By Scovia Faida Charles, Communications officer, World Vision South Sudan; Edited by Daniel Wilcox
“I love my work despite the risks. I want to help protect our communities from disease,” says Jackline, a 23-year-old nurse who works with one of World Vision’s Ebola Preparedness and Response teams.
Born in Uganda as a South Sudanese refugee, Jackline completed her nursing certificate in 2017. Soon after, Jackline returned to her roots and began working within community health facilities in South Sudan, near the border with the Democratic Republic of Congo.
In February 2019, an opportunity arose to support a pressing emergency. In sections of the Democratic Republic of Congo, Ebola was spreading and would soon become the world's second largest outbreak on record, with more than 2000 lives lost and 3000 confirmed infections.
Face to face with Ebola
“I attended several trainings on Ebola response by the World Health Organization and learned how to identify cases, disinfect oneself properly after treating patients, conduct awareness in the community and screen at points of entry,” she shares.
Jackline was part of a World Vision team who responded to six suspected Ebola cases. “The first case still bothers me to this day because I saw the mother as she bled from the nose. She was crying and begging for treatment. I imagined what would happen to her two children if she was confirmed to have Ebola. From that day on, I promised myself to give my best to help,” she recalls.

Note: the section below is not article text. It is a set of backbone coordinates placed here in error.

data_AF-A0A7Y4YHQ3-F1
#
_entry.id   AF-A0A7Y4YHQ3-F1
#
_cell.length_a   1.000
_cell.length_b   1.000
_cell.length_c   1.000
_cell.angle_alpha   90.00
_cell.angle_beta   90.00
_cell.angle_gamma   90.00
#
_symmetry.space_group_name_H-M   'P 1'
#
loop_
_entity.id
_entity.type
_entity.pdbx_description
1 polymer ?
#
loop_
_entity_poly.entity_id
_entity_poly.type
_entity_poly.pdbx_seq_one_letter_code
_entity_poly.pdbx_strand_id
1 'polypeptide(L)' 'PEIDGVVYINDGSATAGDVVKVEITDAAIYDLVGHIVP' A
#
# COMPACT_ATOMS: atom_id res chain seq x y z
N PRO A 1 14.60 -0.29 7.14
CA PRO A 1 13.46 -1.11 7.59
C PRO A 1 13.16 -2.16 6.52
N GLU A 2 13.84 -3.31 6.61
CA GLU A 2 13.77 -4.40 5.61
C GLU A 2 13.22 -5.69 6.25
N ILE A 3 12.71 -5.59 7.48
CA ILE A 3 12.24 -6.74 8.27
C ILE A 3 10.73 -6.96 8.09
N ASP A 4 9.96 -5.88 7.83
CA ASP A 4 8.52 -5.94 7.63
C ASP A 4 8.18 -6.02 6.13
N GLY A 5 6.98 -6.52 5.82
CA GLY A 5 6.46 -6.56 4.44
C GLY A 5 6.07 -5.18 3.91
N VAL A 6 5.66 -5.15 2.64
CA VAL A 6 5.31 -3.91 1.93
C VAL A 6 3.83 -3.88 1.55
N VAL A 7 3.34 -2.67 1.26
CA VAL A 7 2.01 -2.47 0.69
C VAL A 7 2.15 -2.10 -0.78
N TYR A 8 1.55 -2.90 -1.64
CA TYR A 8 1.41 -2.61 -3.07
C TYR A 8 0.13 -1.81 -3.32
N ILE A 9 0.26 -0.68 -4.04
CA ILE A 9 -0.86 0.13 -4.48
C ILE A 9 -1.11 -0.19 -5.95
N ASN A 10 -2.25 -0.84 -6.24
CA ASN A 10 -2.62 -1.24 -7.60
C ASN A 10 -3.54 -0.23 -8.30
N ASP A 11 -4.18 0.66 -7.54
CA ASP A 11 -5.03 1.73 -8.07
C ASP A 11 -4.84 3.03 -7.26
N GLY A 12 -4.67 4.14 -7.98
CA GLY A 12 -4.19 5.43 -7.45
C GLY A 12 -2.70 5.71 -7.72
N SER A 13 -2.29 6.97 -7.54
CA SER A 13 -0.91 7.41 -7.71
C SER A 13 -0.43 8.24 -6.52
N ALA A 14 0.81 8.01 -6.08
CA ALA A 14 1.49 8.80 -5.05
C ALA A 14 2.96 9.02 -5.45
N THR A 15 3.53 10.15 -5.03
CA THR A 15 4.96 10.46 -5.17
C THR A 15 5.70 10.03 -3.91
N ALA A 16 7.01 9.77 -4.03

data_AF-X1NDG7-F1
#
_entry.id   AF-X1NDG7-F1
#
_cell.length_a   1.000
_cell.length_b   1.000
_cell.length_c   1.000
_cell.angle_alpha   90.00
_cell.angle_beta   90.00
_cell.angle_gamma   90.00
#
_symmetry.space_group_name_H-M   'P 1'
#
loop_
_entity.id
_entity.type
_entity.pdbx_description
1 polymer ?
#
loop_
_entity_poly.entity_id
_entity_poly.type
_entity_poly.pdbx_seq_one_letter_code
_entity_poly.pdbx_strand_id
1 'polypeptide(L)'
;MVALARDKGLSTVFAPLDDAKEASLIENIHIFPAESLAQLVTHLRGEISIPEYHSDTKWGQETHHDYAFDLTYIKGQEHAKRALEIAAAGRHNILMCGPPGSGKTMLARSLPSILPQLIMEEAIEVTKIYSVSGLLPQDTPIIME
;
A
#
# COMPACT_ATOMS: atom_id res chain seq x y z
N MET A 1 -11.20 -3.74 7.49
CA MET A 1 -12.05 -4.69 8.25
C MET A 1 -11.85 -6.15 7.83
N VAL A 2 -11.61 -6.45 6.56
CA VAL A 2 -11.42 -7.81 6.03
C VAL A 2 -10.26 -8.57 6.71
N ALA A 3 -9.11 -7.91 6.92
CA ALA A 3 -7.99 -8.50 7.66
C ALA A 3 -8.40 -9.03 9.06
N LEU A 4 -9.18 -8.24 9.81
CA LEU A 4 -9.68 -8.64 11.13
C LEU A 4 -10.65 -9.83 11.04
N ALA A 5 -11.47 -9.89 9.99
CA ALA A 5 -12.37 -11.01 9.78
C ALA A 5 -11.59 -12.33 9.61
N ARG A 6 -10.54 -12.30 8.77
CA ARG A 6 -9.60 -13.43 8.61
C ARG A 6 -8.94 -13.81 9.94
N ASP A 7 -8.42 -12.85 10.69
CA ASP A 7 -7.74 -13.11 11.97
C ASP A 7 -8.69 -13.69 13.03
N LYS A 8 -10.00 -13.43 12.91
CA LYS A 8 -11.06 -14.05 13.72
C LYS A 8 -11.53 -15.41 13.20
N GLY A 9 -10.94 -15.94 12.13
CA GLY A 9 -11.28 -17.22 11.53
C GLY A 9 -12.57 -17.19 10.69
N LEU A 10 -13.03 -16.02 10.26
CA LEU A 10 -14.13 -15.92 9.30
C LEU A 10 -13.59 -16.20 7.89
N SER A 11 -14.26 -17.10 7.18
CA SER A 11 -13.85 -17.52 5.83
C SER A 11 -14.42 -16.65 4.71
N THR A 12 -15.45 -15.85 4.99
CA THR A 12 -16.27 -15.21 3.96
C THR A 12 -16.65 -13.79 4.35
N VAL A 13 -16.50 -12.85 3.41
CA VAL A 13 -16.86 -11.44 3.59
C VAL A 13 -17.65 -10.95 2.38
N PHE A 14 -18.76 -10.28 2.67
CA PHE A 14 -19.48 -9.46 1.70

“I also remind everyone to take the necessary precautions and report any suspected Ebola case to the isolation unit,” she adds.
Jackline (left), explains Ebola signs and symptoms to a patient
Since there are so few trained health workers in both the DRC and South Sudan, Jackline’s role is critical. Her main responsibility now is to help prevent the spread of the disease by assessing people who may have symptoms of Ebola at the border of these two countries.
The work gives purpose to Jackline and she is determined to support, despite the danger. She says, “Since childhood, I dreamt of doing something for my country. Now I know my purpose in this world is to help protect the most vulnerable communities in South Sudan and assist in fighting the Ebola disease.”
“My hope is that someday health services will reach the most vulnerable people of South Sudan on time. I will always work hard to stand with my people especially during these challenging times,” she concludes.
Jackline has a passion for seeing families stay healthy, especially from Ebola.
Since August 2018, World Vision has been conducting Ebola awareness activities after the outbreak in the Democratic Republic of Congo (DRC). Currently, World Vision runs screening services for surveillance at nine borders points of entry, including at the border between the DRC and South Sudan.
World Vision also implements the Ebola preparedness and response program in 42 health facilities where frontline health workers like Jackline are trained. Water, sanitation and hygiene facilities are also being established and rehabilitated in these areas.